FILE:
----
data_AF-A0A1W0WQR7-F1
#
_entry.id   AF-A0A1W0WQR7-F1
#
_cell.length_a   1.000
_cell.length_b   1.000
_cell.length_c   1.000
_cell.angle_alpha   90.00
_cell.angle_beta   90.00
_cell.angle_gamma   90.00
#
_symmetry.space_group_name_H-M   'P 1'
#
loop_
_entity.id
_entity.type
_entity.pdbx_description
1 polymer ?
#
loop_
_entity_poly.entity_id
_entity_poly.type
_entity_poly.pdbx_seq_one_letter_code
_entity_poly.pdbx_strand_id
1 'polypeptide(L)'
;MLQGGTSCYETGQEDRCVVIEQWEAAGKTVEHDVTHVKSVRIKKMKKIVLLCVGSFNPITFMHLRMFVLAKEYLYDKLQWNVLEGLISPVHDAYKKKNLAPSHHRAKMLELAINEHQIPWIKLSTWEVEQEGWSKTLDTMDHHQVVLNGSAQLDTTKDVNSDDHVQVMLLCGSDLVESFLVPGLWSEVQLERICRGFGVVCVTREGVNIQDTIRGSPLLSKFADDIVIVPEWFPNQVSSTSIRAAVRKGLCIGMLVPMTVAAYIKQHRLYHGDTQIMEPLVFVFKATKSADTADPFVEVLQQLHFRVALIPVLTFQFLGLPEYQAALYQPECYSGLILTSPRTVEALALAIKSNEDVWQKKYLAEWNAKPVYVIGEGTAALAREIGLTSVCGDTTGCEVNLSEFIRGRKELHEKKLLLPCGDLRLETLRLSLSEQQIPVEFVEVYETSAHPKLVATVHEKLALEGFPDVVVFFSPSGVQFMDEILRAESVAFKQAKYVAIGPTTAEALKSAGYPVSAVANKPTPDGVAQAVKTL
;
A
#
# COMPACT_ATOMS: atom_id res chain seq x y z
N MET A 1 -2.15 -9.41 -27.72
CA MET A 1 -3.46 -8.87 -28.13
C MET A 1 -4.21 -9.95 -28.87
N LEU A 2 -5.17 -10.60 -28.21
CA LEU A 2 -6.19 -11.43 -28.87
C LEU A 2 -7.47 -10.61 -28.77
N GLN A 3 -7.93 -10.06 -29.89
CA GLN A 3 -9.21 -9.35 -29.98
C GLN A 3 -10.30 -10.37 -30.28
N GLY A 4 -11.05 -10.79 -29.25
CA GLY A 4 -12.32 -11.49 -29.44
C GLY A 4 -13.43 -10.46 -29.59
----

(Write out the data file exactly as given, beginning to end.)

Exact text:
data_AF-A0A1W0WQR7-F1
#
_entry.id   AF-A0A1W0WQR7-F1
#
_cell.length_a   1.000
_cell.length_b   1.000
_cell.length_c   1.000
_cell.angle_alpha   90.00
_cell.angle_beta   90.00
_cell.angle_gamma   90.00
#
_symmetry.space_group_name_H-M   'P 1'
#
loop_
_entity.id
_entity.type
_entity.pdbx_description
1 polymer ?
#
loop_
_entity_poly.entity_id
_entity_poly.type
_entity_poly.pdbx_seq_one_letter_code
_entity_poly.pdbx_strand_id
1 'polypeptide(L)'
;MLQGGTSCYETGQEDRCVVIEQWEAAGKTVEHDVTHVKSVRIKKMKKIVLLCVGSFNPITFMHLRMFVLAKEYLYDKLQWNVLEGLISPVHDAYKKKNLAPSHHRAKMLELAINEHQIPWIKLSTWEVEQEGWSKTLDTMDHHQVVLNGSAQLDTTKDVNSDDHVQVMLLCGSDLVESFLVPGLWSEVQLERICRGFGVVCVTREGVNIQDTIRGSPLLSKFADDIVIVPEWFPNQVSSTSIRAAVRKGLCIGMLVPMTVAAYIKQHRLYHGDTQIMEPLVFVFKATKSADTADPFVEVLQQLHFRVALIPVLTFQFLGLPEYQAALYQPECYSGLILTSPRTVEALALAIKSNEDVWQKKYLAEWNAKPVYVIGEGTAALAREIGLTSVCGDTTGCEVNLSEFIRGRKELHEKKLLLPCGDLRLETLRLSLSEQQIPVEFVEVYETSAHPKLVATVHEKLALEGFPDVVVFFSPSGVQFMDEILRAESVAFKQAKYVAIGPTTAEALKSAGYPVSAVANKPTPDGVAQAVKTL
;
A
#
# COMPACT_ATOMS: atom_id res chain seq x y z
N MET A 1 -2.15 -9.41 -27.72
CA MET A 1 -3.46 -8.87 -28.13
C MET A 1 -4.21 -9.95 -28.87
N LEU A 2 -5.17 -10.60 -28.21
CA LEU A 2 -6.19 -11.43 -28.87
C LEU A 2 -7.47 -10.61 -28.77
N GLN A 3 -7.93 -10.06 -29.89
CA GLN A 3 -9.21 -9.35 -29.98
C GLN A 3 -10.30 -10.37 -30.28
N GLY A 4 -11.05 -10.79 -29.25
CA GLY A 4 -12.32 -11.49 -29.44
C GLY A 4 -13.43 -10.46 -29.59